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I Like This Woman by Kiki Suarez

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  • This is the one photograph of all my life I can identify with. I do not have my eyes closed trying to protect the frail retinas from the camera´s flash. I like this woman, who with all her insecurities, depressions, limitations and fears has had the courage to leave the world she knows behind and risk herself in a completely new one.

    On this photograph I am 26 years old and pregnant with my first son. It felt as if a new world was growing inside me, and it was. This gave me such joy at times that I had to stand still in the streets and just bear that joy.

    How could it be possible that such happiness was in me about the fact to bring one more life into this imperfect world, which my intellectual mind often judged as "shitty"?

    I had no answer to that question, but sure enjoyed that deep happiness.


    Life in Mexico was so very different from life in Germany. Instead of hiding in their homes, people were on the streets. They did not rush from here to there, but sat on benches or walked around selling newspapers, lottery tickets, toys, fruits and sweets. Shoeshine men conducted business on the sidewalks. People stood together and chatted, or they sat on church steps playing the guitar or flute asking for money from the passersby. Shops stayed open until nine at night. Children played in the streets, sometimes until midnight. Cocks cockadoodled and dogs barked happily all through the night.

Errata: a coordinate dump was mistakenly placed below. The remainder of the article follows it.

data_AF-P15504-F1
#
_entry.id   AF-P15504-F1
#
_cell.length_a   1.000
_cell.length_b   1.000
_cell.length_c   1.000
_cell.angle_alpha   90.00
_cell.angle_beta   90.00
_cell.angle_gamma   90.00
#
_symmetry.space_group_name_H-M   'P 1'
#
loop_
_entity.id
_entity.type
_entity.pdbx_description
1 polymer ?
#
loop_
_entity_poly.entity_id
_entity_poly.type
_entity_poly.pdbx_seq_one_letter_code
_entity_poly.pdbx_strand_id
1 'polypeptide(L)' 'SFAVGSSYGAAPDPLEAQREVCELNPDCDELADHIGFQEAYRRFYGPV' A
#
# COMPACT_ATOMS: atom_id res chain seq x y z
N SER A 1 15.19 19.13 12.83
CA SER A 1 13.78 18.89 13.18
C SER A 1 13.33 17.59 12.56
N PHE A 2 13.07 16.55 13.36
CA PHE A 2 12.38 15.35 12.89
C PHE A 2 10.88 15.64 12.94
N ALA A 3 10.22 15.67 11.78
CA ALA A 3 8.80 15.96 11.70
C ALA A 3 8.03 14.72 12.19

I am part of Germany’s “no future” generation. I had protested nuclear power plants and prepared myself psychologically for World War III. Whenever I tried to explain this in my very bad Spanish to the Mexicans I met, they responded, “No hay problema!” Then they would take us to a fiesta – there was always one somewhere – and my anxieties would drown in Mexican colors.

    I married and became the mother of three sons. Every other year I returned for a vacation to see my family and friends in Hamburg, but I never returned for good. Germany did not feel like my world anymore. Although I learned Spanish quickly that did not mean I felt at home in my new world either. Often I felt as if I were a motherless child sitting on a high chair far above the Atlantic Ocean.

    During one of those first days when I felt sad and lonely, I started to paint. I had not done that since my childhood. My sadness crumbled, and everyone loved my paintings. I kept playing with brushes and colors, and then, instead of practicing as the psychotherapist – for which I was educated – I became a painter. My husband opened a restaurant in town and I started running an art gallery.

    It all started 34 years ago.

    Photography by Gabriel Suarez

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